Showing posts from September, 2015

Imbue strategic and tactical directions with R2O

With R2O posited as central to the evolution of an organization’s operations, the exact purpose of proving grounds and testbeds within a transition cycle is easily blurred beyond the immediate objective of demonstrating research in the operational setting. But make no mistake; senior leadership and managers are responsible for establishing strategic and tactical priorities and guiding all activities within the organization. It is not the place of R2O processes or actors within R2O to challenge the proposed direction, or potentially more detrimental, shallowly confirm them. Instead, activities that occur as part of a transition cycle should inspire new avenues for an organization to explore in achieving its mission. This may seem like a fine line, but the core difference here is evidence. There are several forums within the R2O process that provide evidence about how practitioners are responding to new scientific research and technology. This evidence should be carefully collected and a

The ingredients of meaningful meetings

Achieving the right meeting content, structure, and schedule is difficult, regardless of the nature of the organization. Meetings on topics related to R2O are sometimes even more onerous to plan, because the participants are diverse in their function. Yet they are necessary to ensure active communication throughout the process. But who should be invited? What should be talked about? How long should they last? Should participants present slides? While there are no simple answers for any of these questions, there are certain considerations that can contribute to better decisions about planning a meeting within the R2O community.   Establish the topic(s) first, attendees second, and length last. It is important not to position meetings for failure before they begin, and unfortunately, focusing on the attendees and length without a clear outline of what needs to be discussed or accomplished is an impediment to engagement. Meetings should have the least number of people participating as po

R2O and technology are mutual enablers

Designing and deploying software that meets the reliability and performance requirements of an operational environment but the flexibility needs of ongoing development and R2O transitions is not easy. It is even more of challenge if designing the technological solution precedes any other evolutionary activity. The National Weather Service (NWS) uses the Advanced Weather Interactive Processing System (AWIPS) as their primary weather information visualization and dissemination tool. The original AWIPS software was very modular. Different decoders were written for different types of weather data. Decoders did not share a common design template and were generally not reliant on other portions of the software. Within the past decade, the software was upgraded into a service-oriented architecture (SOA). SOA has been heralded as a way to organize and reuse capabilities. As part of object-oriented programming of plug-ins and fragments, an improperly devised and implemented SOA produces signifi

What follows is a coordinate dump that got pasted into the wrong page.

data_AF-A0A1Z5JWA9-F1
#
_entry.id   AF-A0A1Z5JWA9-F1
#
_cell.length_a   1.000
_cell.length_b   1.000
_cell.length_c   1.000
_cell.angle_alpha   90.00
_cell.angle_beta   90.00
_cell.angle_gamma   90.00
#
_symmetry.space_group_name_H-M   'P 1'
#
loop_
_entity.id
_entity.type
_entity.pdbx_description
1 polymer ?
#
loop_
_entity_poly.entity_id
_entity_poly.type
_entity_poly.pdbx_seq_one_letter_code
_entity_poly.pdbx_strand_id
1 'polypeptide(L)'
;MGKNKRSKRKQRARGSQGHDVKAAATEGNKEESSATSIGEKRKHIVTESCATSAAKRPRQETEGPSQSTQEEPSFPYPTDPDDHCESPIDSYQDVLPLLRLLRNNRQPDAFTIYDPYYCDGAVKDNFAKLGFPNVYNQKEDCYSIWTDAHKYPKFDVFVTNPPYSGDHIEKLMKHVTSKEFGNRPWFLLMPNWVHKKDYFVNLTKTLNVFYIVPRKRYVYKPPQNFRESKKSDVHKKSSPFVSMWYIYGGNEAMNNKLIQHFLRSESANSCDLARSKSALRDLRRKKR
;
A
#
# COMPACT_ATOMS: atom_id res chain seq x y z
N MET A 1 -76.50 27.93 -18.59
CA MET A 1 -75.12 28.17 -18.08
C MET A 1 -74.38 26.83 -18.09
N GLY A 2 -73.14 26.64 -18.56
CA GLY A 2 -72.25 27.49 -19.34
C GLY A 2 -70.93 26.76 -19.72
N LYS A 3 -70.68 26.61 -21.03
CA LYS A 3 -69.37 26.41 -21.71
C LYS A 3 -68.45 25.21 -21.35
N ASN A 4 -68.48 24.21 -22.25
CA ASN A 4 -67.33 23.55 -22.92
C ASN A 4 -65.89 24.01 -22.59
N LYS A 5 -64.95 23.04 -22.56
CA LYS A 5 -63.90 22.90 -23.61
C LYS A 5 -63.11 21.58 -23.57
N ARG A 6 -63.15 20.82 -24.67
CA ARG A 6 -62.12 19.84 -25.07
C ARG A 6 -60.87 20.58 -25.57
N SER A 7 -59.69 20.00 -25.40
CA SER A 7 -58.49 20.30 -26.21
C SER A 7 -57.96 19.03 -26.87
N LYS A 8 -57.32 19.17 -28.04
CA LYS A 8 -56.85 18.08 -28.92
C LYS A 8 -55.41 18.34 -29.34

Aligning leadership, learning, technology, and R2O

Though R2O activities are complicated by their cross-organizational span, they should not exist in isolation. The vision and strategy from senior leadership of primary participants should establish top-level priorities for R2O tasks in concert with learning and technology evolution plans, including, in the case of the meteorological community, observing system enhancements. Technology should provide a framework or impetus for R2O transitions, and some transitions may require updates to software or hardware independently. In addition, R2O must also take cues from the learning community, and vice versa, to assure that user organizations that sponsor the R2O process, and train practitioners, are meeting their purpose. Today, many organizations have Chief Executive Officers (CEOs), Chief Learning Officers (CLOs), and Chief Technology Officers (CTOs), but the concept of a “Chief R2O Officer” in the front office does not yet exist, in part because the R2O era is young and the risks and benef